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Causes and features of sepsis

By Robin Offord

Sepsis is used to describe the overwhelming systemic disease that results from infection with a microbial pathogen. There is exaggerated stimulation of the normal host responses to the invading pathogen, leading to a widespread release of inflammatory mediators and vasodilation. This is initially compensated for by an increase in cardiac output, which helps to maintain a reasonable blood pressure and adequate organ perfusion. At this stage, the symptoms found in a septic patient are fever, tachypnoea and tachycardia.

As the syndrome progresses, the systemic vascular resistance decreases more profoundly, with a concurrent fall in cardiac output. This is accompanied by an increase in the permeability of capillaries, loss of plasma water, and a relative hypovolaemic state. The end result is a fall in arterial blood pressure, inadequate organ perfusion and oxygenation, and eventually, multiple organ failure. The septic patient may have hypoxia, lactic acidosis and oliguria, with or without local signs of inflammation at the source of the infection. Admission to an intensive care or high dependency facility for appropriate supportive therapy is usually required at this stage.

At a consensus conference held in August 1991, the American College of Chest Physicians (ACCP) and Society of Critical Care Medicine (SCCM) agreed on definitions for the various stages of disease within the sepsis syndrome (see Table 1, p94).1 These were designed to allow standardisation of entry criteria for sepsis trials, and provide some uniformity that had previously been lacking.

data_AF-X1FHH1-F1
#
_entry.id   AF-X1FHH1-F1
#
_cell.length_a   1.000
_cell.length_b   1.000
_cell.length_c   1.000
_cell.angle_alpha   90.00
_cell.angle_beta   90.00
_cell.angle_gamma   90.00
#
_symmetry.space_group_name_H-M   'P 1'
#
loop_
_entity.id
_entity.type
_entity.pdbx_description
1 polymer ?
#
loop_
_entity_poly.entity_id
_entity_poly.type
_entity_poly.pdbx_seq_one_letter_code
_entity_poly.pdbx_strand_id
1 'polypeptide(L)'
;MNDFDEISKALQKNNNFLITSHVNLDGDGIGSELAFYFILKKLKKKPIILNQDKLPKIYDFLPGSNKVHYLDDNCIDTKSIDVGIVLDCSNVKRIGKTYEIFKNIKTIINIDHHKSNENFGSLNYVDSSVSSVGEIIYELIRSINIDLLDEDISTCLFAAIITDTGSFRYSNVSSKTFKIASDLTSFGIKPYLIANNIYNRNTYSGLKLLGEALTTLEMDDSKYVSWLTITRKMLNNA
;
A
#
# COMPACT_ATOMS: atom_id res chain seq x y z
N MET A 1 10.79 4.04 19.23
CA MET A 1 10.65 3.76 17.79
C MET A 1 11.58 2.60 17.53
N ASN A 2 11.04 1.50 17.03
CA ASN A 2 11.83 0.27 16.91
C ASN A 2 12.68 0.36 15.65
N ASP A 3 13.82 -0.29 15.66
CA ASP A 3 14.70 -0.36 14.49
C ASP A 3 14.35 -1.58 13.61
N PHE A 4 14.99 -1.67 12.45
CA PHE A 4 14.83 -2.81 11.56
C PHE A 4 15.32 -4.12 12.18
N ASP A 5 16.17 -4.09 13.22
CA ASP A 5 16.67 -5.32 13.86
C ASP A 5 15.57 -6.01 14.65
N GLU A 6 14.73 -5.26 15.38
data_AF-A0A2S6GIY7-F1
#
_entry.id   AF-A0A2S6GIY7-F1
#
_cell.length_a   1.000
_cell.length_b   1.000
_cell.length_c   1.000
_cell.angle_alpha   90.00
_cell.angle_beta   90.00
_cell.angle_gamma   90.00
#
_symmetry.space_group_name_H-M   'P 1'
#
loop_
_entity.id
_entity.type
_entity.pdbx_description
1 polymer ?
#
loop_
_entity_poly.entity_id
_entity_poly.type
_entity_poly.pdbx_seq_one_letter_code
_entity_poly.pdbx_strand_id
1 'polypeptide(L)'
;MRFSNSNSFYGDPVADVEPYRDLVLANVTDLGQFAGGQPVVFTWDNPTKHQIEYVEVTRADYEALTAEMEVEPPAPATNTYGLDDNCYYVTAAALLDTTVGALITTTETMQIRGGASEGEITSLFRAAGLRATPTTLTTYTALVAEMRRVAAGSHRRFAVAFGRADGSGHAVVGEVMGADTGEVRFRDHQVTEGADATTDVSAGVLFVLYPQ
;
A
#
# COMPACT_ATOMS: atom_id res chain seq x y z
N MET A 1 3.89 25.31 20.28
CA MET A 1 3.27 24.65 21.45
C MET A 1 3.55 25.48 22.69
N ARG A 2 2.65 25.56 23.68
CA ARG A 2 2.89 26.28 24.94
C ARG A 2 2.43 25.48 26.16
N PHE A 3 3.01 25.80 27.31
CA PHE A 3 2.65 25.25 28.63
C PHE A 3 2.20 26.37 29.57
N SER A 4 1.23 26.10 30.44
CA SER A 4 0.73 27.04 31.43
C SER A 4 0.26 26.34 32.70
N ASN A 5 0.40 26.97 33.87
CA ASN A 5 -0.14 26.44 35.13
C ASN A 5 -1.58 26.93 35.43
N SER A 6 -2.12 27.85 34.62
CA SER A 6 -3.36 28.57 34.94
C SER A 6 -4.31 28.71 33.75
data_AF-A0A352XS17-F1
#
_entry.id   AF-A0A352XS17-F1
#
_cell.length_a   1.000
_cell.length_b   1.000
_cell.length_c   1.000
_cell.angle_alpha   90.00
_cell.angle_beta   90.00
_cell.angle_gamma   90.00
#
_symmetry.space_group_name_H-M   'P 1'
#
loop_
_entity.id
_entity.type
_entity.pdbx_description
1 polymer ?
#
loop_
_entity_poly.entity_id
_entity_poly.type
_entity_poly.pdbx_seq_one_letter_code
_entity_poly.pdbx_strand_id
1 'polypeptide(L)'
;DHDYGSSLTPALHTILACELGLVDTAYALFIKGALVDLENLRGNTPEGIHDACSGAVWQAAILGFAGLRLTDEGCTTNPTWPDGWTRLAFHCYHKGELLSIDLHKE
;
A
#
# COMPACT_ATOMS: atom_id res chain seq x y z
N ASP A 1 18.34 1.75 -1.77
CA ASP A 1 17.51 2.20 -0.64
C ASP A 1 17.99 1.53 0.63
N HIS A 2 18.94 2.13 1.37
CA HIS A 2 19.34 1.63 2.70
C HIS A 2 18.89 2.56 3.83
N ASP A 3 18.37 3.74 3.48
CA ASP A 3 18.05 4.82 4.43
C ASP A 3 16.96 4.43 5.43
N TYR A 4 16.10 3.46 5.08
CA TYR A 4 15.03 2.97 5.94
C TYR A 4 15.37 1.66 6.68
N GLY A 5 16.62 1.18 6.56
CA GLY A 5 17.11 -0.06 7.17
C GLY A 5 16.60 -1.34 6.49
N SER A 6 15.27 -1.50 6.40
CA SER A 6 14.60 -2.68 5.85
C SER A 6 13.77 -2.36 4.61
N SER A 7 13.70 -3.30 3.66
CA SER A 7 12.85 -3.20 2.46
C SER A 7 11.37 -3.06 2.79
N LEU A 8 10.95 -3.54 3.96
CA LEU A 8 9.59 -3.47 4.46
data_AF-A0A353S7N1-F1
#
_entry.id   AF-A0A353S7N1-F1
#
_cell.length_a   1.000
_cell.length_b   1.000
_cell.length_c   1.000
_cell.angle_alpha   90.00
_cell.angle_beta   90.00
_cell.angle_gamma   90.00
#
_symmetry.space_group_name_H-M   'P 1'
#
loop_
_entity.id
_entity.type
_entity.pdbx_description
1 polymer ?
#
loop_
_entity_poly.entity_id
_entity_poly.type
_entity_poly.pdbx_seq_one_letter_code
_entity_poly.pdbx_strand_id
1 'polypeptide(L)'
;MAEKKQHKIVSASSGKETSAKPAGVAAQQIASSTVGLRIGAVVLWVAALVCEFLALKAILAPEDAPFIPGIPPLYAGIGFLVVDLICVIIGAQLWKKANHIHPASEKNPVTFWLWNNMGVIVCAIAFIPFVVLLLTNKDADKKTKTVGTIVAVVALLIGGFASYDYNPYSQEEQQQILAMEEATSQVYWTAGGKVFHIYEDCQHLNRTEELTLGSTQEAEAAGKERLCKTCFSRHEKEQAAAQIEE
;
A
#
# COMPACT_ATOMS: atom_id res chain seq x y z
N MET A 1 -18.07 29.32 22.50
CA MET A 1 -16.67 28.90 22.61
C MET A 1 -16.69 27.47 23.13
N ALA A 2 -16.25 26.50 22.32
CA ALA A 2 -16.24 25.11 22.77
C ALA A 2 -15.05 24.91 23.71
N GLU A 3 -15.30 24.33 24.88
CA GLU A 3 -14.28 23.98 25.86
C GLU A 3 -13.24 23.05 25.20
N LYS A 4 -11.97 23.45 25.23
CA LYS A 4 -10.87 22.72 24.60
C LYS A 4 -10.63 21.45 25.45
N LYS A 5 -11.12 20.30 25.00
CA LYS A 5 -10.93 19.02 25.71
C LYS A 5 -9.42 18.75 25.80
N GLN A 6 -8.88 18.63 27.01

The term systemic inflammatory response syndrome (SIRS) was introduced to describe patients who exhibited a sepsis-like syndrome, but who were not infected. Some clinicians dislike the term because they believe that a diagnosis of SIRS would preclude the search for an infective source. However, when patients manifest such severe symptoms, debates about terminology are of much less consequence than the need to take appropriate action. SIRS may be precipitated by insults such as pancreatitis, burns or trauma, in addition to many conditions which are less common. Significant haemodynamic instability may also be present,although this is not included in the standard definition.

Epidemiology

Angus et al2 conducted an observational cohort study across 847 hospitals in seven US states. By comparing data from over 6.5 million hospital discharge records with population and hospital records from the last US census, Centers for Disease Control and financing organisations, an estimate of the incidence, cost and outcome of severe sepsis in the US was produced. A projected 750,000 cases occur each year (three cases per 1,000 of the population and 2.25 cases per 100 hospital discharges), at a cost of $22,100 per case, or $16.7bn for all cases.

Severe sepsis is associated with a high mortality rate. The study by Angus et al predicts 215,000 deaths per year, equivalent to a mortality rate of 28.6 per cent.2 In a subgroup analysis, patients with single organ dysfunction had a projected mortality rate of 21.1 per cent. The rate rises to 76.2 per cent for those in whom four or more organs are involved.

Download the attached PDF to read the full article.

Citation: Hospital Pharmacist URI: 10975342

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